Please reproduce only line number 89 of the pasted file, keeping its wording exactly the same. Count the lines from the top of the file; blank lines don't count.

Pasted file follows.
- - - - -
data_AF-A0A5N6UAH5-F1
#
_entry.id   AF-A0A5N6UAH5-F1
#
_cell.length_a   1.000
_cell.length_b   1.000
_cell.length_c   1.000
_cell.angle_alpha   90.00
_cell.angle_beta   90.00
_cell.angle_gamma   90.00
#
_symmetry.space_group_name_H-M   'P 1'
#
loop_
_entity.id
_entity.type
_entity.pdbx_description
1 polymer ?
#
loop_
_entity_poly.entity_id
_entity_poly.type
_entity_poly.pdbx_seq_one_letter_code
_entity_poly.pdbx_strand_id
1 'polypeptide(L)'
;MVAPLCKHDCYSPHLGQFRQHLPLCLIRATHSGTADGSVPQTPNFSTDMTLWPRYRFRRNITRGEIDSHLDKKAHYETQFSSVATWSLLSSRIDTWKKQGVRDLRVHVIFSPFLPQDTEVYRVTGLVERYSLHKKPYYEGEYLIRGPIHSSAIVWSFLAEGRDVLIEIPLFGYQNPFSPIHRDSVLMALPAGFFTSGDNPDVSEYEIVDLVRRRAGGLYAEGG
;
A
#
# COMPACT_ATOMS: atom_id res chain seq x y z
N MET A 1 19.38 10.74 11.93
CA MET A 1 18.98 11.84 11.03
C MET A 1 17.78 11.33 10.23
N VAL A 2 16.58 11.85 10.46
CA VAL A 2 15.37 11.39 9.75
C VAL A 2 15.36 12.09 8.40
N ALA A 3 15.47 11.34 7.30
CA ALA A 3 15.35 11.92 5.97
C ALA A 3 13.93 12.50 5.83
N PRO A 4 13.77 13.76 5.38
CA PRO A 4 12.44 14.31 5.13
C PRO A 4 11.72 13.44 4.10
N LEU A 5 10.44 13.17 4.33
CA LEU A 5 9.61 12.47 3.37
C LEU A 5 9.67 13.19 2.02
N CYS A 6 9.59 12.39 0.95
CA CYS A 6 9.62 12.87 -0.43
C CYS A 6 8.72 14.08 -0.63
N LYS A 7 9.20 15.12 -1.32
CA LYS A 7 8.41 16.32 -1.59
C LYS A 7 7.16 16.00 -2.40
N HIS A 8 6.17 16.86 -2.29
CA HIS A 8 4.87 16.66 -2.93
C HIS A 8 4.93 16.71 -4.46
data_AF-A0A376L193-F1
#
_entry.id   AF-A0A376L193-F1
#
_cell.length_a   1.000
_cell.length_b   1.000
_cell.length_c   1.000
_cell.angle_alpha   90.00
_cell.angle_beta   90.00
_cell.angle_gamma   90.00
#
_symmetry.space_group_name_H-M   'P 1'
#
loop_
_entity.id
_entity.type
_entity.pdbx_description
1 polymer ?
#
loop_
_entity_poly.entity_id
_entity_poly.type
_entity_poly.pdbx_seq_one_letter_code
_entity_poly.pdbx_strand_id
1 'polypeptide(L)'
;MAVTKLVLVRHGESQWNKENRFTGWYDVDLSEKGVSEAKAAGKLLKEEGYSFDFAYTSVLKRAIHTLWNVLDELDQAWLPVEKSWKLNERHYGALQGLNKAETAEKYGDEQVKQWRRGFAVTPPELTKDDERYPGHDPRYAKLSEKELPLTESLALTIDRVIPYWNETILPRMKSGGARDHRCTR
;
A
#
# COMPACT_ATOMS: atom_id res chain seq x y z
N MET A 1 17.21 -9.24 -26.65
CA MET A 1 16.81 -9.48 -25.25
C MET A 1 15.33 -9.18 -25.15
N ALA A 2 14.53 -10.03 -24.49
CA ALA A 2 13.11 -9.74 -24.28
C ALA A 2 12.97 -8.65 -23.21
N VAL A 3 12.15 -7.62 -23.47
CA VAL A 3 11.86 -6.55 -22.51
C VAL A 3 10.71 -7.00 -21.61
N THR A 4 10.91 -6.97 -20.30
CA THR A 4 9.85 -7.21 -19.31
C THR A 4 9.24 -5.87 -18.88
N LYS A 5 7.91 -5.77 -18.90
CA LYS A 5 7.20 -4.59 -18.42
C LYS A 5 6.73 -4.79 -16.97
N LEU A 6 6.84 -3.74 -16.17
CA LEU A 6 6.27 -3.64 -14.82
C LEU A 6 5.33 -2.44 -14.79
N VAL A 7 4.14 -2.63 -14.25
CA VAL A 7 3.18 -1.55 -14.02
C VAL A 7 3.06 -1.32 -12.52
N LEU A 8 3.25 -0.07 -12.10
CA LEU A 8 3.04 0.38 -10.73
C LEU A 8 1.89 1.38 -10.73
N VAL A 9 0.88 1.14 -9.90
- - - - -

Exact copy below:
CA ALA A 2 13.11 -9.74 -24.28